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Messages - hopfenundmalz

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4516
Commercial Beer Reviews / Re: Classic American Pilsner
« on: January 15, 2014, 08:17:00 PM »
I hear what you all are saying,  but I am skeptical about style guidelines applied to a historic style that no one has ever tasted.

I have a hard time believing that our grandparents and great grandparents went from being super hothead to swill drinkers during the 15 year course of Prohibition.

I recall reading an article once on historic IPAd, that instead of being hop bombs, they were probably of moderate bitterness,  as the hops were not so bitter. I would suspect that to be true of CAPs.
Jeff's CAP instantly reminded me of the beers my dad would drink when I was a kid and sneaked sips a long time ago.

I think something along the line of an assertive German Pils is the right way to look at it, but with the American ingredients.

4517
Commercial Beer Reviews / Re: Classic American Pilsner
« on: January 15, 2014, 05:50:50 PM »
Full Sail's Session is a pretty good example, IMHO.

http://www.fullsailbrewing.com/session-lager.cfm

It is a good beer, but I don't think it's hoppy enough for a true CAP.

This is one of the many reasons I'm looking forward to the guideline update. "Medium to high hop aroma/flavor/bitterness" leaves a lot to be interpreted if you don't have a classic example. I brew a CAP with 6 oz of Saaz - usual comments are 'not hoppy enough', whatever that means. I might just enter a Prima Pils type German Pils as a CAP and see if that's hoppy enough! HA!

The one I had in the second round last year was said to be not bitter enough. It was designed for 38 IBUs, and was about 1.050. FWH was used, so I might bump up the cluster addition next time.

4518
Commercial Beer Reviews / Re: Classic American Pilsner
« on: January 15, 2014, 03:56:04 PM »
For some background you can read this.
http://morebeer.com/brewingtechniques/library/backissues/issue3.5/renner.html

Straub is making one, 1872 Pilsner, no idea how good. One of the local places, Wolverine, makes a CAP in the summer.

The guidelines reflect what is being entered in large amounts in homebrew competitions. CAP was so it got a category in the 2008 guidelines, so did Double IPAs. There are beers that are not in the guidelines, see cat. 23. If I brewed a Tmave Pivo it would have to go in cat. 23, as those are styles in the Czech Republic, but are mostly unknown here and not entered in quantity in competitions.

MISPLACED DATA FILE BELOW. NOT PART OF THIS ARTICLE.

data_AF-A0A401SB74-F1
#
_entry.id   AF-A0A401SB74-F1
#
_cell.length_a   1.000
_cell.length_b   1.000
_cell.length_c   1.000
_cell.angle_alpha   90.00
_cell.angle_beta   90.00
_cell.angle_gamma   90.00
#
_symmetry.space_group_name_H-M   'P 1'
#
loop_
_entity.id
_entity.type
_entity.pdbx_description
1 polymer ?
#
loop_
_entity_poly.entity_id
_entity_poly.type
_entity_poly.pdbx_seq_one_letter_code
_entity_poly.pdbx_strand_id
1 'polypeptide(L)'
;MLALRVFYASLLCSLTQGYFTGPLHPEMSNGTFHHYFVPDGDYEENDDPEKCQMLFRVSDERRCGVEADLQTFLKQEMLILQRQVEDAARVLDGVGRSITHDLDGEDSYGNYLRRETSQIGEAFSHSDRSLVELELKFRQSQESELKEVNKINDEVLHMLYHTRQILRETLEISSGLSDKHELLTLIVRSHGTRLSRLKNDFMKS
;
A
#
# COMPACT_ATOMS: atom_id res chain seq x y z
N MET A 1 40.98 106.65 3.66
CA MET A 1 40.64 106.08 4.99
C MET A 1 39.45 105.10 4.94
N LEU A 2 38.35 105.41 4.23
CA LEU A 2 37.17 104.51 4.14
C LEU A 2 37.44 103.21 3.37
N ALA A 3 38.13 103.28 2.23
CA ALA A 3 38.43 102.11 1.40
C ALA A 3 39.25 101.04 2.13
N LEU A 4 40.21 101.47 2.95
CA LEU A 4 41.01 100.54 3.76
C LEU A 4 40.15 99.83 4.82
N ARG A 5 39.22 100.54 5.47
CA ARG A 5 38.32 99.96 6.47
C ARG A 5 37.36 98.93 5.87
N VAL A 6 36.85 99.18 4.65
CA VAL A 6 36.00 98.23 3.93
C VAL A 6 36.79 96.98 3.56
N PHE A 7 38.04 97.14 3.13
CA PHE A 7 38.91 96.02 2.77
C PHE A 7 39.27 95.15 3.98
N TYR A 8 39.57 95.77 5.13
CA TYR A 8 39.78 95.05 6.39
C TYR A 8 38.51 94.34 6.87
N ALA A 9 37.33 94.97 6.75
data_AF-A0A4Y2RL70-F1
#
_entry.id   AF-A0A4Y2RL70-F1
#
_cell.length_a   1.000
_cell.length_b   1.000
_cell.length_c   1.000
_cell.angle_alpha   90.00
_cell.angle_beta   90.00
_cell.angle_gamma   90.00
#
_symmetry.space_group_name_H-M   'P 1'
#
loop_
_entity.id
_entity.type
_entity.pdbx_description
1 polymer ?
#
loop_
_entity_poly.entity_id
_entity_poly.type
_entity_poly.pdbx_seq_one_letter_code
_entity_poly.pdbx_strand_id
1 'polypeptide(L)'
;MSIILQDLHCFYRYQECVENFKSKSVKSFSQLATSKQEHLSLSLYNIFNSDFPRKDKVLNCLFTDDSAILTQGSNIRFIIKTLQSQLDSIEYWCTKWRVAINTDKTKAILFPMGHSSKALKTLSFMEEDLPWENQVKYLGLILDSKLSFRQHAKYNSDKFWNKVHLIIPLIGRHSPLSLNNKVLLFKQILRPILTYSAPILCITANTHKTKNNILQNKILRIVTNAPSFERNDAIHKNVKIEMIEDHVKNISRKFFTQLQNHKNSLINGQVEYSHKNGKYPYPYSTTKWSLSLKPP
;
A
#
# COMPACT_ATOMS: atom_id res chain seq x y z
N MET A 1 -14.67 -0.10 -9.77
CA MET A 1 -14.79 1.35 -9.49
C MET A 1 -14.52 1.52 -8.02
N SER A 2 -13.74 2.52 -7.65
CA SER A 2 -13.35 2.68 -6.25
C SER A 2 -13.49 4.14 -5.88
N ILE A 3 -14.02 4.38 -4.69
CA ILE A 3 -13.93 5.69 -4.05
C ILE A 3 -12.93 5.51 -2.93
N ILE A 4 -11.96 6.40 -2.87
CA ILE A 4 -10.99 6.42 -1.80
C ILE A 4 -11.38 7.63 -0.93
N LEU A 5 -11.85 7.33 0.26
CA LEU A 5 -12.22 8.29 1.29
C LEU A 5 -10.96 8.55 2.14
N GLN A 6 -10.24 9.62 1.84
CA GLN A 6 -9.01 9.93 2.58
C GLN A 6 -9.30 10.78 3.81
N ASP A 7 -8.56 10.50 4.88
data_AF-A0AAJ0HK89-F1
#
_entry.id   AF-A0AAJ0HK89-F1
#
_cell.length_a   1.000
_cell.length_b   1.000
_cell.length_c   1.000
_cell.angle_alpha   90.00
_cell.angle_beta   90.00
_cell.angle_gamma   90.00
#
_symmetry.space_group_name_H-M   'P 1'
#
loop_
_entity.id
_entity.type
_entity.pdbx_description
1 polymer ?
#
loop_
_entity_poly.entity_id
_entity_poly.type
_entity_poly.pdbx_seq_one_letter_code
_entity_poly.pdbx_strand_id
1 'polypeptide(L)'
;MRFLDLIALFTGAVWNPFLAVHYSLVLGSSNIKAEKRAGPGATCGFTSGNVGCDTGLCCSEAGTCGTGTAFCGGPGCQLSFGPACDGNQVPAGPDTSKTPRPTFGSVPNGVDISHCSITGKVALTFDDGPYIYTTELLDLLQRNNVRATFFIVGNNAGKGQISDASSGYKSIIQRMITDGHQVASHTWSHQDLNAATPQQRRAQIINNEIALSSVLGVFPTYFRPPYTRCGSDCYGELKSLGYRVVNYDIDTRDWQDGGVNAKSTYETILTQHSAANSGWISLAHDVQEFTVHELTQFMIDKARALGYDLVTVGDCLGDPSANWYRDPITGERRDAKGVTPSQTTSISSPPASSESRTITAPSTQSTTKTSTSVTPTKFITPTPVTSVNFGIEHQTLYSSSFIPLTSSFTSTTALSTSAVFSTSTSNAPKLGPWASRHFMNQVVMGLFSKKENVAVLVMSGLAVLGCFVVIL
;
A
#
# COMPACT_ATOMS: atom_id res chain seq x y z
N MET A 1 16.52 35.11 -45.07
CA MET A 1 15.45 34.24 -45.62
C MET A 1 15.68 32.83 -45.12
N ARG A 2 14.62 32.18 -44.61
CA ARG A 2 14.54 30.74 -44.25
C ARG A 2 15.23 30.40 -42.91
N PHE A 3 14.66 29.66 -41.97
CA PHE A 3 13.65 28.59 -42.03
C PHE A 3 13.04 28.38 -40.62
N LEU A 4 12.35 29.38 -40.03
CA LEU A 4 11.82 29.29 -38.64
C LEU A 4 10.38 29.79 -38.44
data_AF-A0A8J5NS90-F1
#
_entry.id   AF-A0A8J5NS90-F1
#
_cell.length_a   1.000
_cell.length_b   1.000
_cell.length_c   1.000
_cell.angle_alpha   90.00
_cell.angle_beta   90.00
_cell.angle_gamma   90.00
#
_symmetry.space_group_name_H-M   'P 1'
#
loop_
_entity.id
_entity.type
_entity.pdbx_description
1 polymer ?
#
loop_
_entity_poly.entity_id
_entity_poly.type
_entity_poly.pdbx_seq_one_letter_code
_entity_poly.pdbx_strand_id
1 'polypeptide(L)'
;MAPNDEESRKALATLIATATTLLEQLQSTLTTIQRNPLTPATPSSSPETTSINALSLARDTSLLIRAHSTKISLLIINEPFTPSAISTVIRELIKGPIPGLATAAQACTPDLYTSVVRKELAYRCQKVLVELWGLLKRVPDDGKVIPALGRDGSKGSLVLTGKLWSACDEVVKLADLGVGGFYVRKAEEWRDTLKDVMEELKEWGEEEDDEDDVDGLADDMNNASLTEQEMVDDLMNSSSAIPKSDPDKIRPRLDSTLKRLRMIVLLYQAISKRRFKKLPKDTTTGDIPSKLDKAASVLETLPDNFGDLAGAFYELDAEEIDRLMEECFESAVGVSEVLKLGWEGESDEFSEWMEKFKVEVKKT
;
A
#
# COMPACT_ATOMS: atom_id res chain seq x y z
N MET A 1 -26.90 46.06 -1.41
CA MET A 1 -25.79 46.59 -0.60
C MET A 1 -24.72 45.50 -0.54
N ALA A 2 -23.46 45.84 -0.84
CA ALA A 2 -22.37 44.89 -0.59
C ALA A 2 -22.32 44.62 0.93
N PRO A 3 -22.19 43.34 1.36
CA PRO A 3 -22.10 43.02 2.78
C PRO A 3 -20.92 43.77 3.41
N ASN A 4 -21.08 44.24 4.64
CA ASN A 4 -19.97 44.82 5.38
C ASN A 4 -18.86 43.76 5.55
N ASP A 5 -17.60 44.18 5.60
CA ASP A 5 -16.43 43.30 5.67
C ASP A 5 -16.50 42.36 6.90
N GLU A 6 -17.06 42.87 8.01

4519
Brew it as it is written, fantastic beer even if you use EKG.  ;)

4520
Yeast and Fermentation / Re: Hydrating US-05
« on: January 15, 2014, 03:31:49 PM »
It is easy to rehydrate. Sprinkle dry yeast onto 10 times the amount of water by weight (11g yeast into 110g water, which is 110mL, which is almost 1/2 cup. Water should be 90-100F. Let sit for 15 minutes. Stir into a slurry and pitch. If there is a huge temperature difference between the yeast and wort you might want to temper the yeast by adding small amounts of wort.

Or a little go-ferm.

4521
General Homebrew Discussion / Re: how long would you lager a Trad Bock?
« on: January 14, 2014, 09:52:46 PM »
Put me in the "when it tastes good camp". Unless you are absolutely opposed to fining (and I can't see why you logically would be) there should be no reason to lager a 1.048 beer for 6 weeks unless you really just want to. 2 weeks is usually plenty.

A traditional Bock may be perfect 4-6 weeks. Or it may be just as good at 2-3. Taste it and see.
Tasting is good advice. I need to do more fining, have some BioFine Clear to try.